March 11, 2010 By Karen Wilkinson
Photo: Eric Shinseki, Secretary, Veterans Affairs/Photo courtesy of the U.S. Department of Veterans Affairs
The VA announced this week a new initiative to solicit private-sector input on a proposed fast-track claims process for "service-connected presumptive illnesses due to Agent Orange exposure during the Vietnam War."
This is the VA's first stab at automating claims processing in its 80-year history, according to the agency. With about 200,000 veterans expected to file disability compensation claims over the next two years -- the VA officially linked three more illnesses to the herbicide in October 2009 -- the federal agency aims to shorten the time it takes to gather evidence to support the claims, which currently takes an average of more than three months.
"With the latest, fastest and most reliable technology, VA hopes to migrate the manual processing of these claims to an automated process that meets the needs of today's veterans in a more timely manner," VA Secretary Eric Shinseki said in a press release.
In practical terms, Vietnam veterans who have one of the "presumed illnesses" -- the three additions include Parkinson's disease, ischemic heart disease and B-cell leukemia -- don't have to prove an association between their illness and military service, a VA press release said. "This 'presumption' makes it easier for Vietnam veterans to access disability compensation benefits."
Agent Orange is the code name for the herbicide used in Vietnam to defoliate trees and remove concealment for the enemy, which left a legacy of suffering, diseases and disability that continues well after the time of its original use.
The VA intends to publish a formal request on the Federal Business Opportunities Web site in spring 2010 so that the private sector may propose automated solutions for the parts of the claims process that take the longest amount of time, according to the VA announcement. Several phone calls to VA public affairs seeking specifics on the automation plan and the current system were not returned.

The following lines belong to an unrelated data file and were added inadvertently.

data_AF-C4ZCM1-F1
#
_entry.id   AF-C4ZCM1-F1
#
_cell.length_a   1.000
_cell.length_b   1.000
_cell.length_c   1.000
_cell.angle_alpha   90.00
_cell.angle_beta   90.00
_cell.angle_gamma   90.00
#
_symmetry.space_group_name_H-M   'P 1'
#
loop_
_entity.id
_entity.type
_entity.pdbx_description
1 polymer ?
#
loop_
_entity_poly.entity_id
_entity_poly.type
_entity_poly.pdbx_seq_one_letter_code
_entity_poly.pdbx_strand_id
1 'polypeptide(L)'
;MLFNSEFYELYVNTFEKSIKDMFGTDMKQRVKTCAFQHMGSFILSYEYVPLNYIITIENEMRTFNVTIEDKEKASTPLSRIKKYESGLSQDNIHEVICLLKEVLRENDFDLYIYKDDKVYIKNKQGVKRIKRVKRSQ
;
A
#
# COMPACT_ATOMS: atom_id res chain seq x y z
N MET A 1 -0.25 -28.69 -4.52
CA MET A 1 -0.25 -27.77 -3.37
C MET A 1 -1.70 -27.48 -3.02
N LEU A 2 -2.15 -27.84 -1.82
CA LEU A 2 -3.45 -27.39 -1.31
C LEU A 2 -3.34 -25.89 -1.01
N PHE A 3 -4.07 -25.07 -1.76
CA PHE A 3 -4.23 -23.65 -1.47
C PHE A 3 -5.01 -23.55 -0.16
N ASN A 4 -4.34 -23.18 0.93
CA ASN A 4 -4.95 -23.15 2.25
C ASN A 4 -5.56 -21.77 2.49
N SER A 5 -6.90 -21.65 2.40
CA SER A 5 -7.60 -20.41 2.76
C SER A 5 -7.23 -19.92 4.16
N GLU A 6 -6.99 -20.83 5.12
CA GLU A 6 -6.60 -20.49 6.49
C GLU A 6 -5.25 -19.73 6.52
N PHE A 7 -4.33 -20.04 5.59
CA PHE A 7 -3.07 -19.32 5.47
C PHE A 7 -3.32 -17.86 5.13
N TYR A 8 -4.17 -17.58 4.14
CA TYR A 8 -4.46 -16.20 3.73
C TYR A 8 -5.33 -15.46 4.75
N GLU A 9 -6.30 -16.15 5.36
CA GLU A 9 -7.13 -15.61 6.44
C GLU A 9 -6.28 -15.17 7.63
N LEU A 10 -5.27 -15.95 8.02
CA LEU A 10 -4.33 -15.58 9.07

For some Vietnam veterans, this plan and the addition of the three illnesses to the list of "presumptives" is too little, too late.
"In the case of the Vietnam vets, a common phrase used is, 'Sure, they will start paying for 'X' illness when we are all dead,'" Mary Lou McNeill, Vietnam Veterans of America Chapter 500 executive director, said in an e-mail. "And in many cases, that is true. For instance, with the new presumptive illnesses added, how many have died after 40-plus years or suffered from the effects without appropriate compensation all of this time?"
McNeill said the current claims process is lengthy, unpredictable and confusing, regardless of the illness for which veterans are seeking compensation. "At times, it appears there is no rhyme or reason as to how the adjudication of the claims is determined," she said. "Some veterans can wait for years to have their claim adjudicated or to receive a compensation rating comparable to their illness."
With a mixture of hope and skepticism, McNeill said she'll wait and see how the automated process works.
"This could mean a change in the lives of veterans who possibly cannot work because of their disabilities due to their service or earn enough income to survive at least comfortably," she said. "Unless the system actually does improve the timely processing of claims -- and all claims, not just the current new presumptives -- I can not foresee any change in their daily lives."
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